Jane B (knally) wrote,
Jane B

Men-an-Tor and Second book

When I was last down in Cornwall, my sister (this is Other Sister, not Author Sister) and I visited Men-an-Tol, and took some photographs. A couple of these are behind the cut, with some description.

Men-An-Tol is a megalithic stone formation near Penzance, on the road between Madron and Morvah. Since it's only a few miles away from where we were brought up, neither my sister nor I had ever visited it! There is a small parking area by the road, and then you have to walk for about 15 minutes, and go over a stile to get there. Having said that, there were several people who turned up while we were looking at the stones, but only one couple from England, and we were the only Cornish visitors.

The stones are a lot smaller than I'd imagined, they come up to about waist height on me, and I'm only 5ft 4ins. There is a some controversy about what the stones actually are. Some people think the round stone must have been the entrance to a tomb, others that the stones form part of a stone circle. There have been rituals associated with crawling through the circular stone through the ages, and that it cured rickets seems to be the most popular. While we were there, two people did crawl through the stone. Of course, with an upright stone and a stone with a hole next to it, it also has a strong connection to fertility, so perhaps the couple weren't too concerned about rickets!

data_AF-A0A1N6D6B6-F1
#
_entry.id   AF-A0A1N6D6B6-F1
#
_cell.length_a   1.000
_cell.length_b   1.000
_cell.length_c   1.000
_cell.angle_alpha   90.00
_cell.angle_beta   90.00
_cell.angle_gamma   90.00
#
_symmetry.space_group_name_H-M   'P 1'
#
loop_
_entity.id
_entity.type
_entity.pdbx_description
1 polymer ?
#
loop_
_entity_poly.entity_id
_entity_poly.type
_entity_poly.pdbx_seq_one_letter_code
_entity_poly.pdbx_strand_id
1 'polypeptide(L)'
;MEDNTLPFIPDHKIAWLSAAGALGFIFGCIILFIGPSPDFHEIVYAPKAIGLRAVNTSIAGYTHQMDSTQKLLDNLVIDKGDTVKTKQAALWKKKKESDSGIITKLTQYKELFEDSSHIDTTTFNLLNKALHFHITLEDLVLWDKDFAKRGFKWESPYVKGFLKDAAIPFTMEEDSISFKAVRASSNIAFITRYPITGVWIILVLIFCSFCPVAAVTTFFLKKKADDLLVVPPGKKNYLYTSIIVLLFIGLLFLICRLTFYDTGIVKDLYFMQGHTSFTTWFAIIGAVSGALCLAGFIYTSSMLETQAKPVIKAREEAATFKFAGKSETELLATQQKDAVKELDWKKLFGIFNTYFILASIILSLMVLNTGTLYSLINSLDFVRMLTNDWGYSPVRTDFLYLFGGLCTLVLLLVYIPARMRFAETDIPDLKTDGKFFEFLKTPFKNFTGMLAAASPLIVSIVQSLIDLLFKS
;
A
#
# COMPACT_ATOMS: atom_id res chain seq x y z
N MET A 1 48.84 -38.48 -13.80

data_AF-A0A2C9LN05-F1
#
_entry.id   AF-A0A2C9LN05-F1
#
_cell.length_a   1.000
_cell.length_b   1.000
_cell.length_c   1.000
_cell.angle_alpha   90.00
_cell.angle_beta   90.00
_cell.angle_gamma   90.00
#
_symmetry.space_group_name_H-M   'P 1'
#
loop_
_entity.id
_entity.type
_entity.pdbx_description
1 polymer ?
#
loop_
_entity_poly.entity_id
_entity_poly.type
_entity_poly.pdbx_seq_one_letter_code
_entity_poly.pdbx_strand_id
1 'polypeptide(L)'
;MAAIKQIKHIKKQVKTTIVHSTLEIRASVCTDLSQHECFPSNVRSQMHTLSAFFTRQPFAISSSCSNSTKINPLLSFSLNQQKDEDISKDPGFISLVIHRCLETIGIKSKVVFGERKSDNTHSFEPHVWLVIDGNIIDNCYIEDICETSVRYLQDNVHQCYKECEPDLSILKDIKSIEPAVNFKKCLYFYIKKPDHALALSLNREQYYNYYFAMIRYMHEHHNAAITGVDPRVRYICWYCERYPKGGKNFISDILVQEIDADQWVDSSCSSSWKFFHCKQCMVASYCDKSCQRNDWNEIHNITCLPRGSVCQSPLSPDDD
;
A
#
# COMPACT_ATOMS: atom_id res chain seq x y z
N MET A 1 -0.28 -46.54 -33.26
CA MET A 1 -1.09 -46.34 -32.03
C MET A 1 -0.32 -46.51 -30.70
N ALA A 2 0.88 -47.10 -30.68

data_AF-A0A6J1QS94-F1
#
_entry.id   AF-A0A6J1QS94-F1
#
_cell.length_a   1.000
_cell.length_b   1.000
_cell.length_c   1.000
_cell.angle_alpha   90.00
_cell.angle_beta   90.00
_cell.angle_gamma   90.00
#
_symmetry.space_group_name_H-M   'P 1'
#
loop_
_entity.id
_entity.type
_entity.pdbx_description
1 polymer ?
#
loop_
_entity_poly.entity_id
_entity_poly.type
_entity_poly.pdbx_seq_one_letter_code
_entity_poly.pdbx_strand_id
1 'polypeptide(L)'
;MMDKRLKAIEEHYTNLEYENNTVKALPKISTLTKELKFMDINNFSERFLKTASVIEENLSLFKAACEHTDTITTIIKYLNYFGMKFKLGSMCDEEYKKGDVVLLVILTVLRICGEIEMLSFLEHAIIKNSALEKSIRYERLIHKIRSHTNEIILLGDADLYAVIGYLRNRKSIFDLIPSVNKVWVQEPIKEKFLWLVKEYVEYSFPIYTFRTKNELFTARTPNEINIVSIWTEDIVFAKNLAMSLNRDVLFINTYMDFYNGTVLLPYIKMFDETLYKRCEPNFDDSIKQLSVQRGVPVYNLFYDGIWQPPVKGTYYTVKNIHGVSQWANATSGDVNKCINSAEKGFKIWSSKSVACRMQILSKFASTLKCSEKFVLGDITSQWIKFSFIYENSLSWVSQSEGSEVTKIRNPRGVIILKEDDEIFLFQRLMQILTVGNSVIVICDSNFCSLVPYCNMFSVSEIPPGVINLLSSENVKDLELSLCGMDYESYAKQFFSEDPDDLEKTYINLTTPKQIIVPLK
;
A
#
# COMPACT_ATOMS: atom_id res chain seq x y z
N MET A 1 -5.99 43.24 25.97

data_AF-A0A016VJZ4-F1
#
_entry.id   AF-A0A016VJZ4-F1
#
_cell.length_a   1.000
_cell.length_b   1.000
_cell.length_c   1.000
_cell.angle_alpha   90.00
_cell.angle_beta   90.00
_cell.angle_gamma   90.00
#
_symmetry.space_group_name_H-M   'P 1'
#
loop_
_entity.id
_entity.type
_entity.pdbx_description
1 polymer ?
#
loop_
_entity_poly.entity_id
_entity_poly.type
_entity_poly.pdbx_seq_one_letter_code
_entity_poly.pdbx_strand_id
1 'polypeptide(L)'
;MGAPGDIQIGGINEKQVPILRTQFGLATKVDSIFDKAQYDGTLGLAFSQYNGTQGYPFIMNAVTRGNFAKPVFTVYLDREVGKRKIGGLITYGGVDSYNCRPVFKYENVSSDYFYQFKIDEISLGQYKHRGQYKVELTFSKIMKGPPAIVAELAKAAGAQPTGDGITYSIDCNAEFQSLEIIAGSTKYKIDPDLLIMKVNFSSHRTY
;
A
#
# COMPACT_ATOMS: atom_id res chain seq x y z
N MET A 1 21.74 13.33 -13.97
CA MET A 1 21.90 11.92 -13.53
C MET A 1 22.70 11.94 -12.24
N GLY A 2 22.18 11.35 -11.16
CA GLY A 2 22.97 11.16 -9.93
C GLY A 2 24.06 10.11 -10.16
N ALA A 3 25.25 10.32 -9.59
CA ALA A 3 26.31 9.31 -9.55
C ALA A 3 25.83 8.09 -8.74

Something else in the landscape that struck both me and my sister were the stone walls in the nearby farm. These are amazing constructions with huge stones at the base which would have needed at least a couple of people to move. The rest of the walls were made up of carefully placed rocks, that fitted together beautifully. I say 'beautifully' since the walls were lovely to look at, especially with a mixture of sun and shadow highlighting them. As we were walking up the lane we also passed over some culverts for little streams which were roofed over with stones that were the same size as the standing stones. I've no idea when these walls and culverts were created. Was it Victorian times, after the Enclosure Acts. Mediaeval times, Roman or even back at the time Men-an-Tol was created? It was impossible to tell just from looking at them since they had a timelessness which could have come from any age.

The reason why we decided to go there, is fj_warren had decided to use a picture of Men-an-Tol as the cover of her second book in the Trevu Trilogy: Familiar Strangers. The image of the two standing stones and the circle between them is a neat metaphor for the two characters in her books, and the way their lives interact. The book will be published on October 2nd and is available from Amazon UK
Tags: fjwarren, trevu trilogy

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